DS signs MOU with United Nations
Watch our NEW film below - THE LANDSEEKERS
We've built four houses in Bangladesh. Help us build number five.
Commemorating 10 Years of Action - the 2016 DS Annual Report
THE LAND SEEKERS
Our work around the world with climate displaced communities has shown DS time and time again that land lies at the core of rights-based solutions to climate displacement. This short film contains interviews of some of the world’s first ‘landseekers’ who work tirelessly in support of climate displaced communities everywhere.
ONE HOUSE AT A TIME
Displacement Solutions has been working to solve climate displacement in Bangladesh. We’ve already built one small village, and we’ve produced this video on the ‘One house, one family at a time project’ as an appeal to help us build another village.
LIFE ON A VANISHING ATOLL
A new short film produced by Displacement Solutions chronicles the very real changes facing the people of Ontong Java, as they face an uncertain future.
This short four-minute DS film about land solutions to climate displacement provides a short overview of why land lies at the core of repairing climate displacement and how much land the world will need to find solutions for the world’s growing climate displaced population. Check it out!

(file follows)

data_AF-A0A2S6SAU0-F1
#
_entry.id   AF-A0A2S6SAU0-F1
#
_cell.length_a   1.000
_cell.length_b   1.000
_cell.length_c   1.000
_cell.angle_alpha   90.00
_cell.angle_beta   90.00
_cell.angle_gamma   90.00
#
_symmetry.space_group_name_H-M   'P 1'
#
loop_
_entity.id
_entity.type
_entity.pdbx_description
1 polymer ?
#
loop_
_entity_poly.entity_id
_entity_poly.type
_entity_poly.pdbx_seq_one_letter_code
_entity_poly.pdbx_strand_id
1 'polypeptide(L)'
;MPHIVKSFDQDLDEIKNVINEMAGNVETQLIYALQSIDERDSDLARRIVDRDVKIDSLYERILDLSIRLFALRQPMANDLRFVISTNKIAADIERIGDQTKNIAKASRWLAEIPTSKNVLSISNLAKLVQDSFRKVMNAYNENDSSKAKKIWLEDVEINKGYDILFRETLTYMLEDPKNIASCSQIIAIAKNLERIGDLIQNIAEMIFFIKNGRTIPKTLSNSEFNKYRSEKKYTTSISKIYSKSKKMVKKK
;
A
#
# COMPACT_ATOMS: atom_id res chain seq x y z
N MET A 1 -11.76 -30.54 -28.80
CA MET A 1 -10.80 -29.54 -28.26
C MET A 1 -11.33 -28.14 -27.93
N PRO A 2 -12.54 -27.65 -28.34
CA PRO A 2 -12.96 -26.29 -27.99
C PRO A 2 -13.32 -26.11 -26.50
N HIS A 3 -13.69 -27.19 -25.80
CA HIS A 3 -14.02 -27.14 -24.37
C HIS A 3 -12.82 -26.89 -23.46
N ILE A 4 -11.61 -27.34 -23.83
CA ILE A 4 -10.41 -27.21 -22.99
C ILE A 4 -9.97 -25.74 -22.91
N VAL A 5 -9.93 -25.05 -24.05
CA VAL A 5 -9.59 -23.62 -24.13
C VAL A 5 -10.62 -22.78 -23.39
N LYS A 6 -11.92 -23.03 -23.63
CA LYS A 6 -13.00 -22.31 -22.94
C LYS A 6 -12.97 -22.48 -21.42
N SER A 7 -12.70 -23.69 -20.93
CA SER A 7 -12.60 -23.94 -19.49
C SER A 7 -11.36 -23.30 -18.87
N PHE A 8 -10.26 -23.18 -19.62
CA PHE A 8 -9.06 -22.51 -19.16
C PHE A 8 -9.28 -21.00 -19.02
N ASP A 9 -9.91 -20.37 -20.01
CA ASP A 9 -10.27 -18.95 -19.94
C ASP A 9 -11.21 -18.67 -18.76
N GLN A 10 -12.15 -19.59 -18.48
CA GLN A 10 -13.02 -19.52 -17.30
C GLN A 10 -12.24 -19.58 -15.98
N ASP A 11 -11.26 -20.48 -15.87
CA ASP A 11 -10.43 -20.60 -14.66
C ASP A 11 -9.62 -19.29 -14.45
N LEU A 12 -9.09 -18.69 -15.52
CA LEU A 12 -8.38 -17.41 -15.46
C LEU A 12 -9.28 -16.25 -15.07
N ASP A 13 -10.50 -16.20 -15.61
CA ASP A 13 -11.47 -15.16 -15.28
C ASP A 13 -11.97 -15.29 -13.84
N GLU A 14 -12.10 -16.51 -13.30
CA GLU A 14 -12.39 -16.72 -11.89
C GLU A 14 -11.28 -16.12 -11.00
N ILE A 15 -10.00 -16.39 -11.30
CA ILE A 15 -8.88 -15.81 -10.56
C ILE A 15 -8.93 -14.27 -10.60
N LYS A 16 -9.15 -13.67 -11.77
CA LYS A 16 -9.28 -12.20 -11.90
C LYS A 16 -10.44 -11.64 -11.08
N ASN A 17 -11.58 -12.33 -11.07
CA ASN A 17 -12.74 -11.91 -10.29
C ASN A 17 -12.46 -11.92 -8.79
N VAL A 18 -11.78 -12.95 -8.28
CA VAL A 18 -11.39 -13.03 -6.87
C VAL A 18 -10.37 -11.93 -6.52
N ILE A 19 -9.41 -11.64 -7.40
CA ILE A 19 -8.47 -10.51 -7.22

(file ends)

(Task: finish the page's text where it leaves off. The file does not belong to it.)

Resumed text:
Displacement Solutions (DS) works to empower displaced people and refugees to exercise their right to return and have restored to them their original homes, lands and properties. DS works together with and on behalf of people who have been displaced not only by conflict, forced eviction or other human rights abuses, but also natural disaster, climate change or other circumstances beyond their control. DS assists in finding alternative solutions such as compensation or resettlement if this is their wish. Read more…
WORLD CLIMATE DISPLACEMENT MAP
Climate displacement is happening today. Research carried out by Displacement Solutions since 2008 in all corners of the earth has revealed the worrying scale of contemporary climate displacement that is already affecting millions of people across the globe. DS has developed a world displacement map indicating where climate displacement is occurring, the number of people it is currently affecting, and other sources of information about these growing numbers of areas, all of which require greater attention and support from the international community.
The map below enables viewers to click on various climate displacement hotspots, and provides the user with detailed information about the particular challenges facing the affected communities. If you have further information about climate displacement in your location, please feel free to submit this to Displacement Solutions for possible inclusion in updating versions of the world climate displacement map.
We hope viewers will find this map useful, and we welcome any feedback you would like to provide, which you can submit to email@example.com
working to repair CLIMATE DISPLACEMENT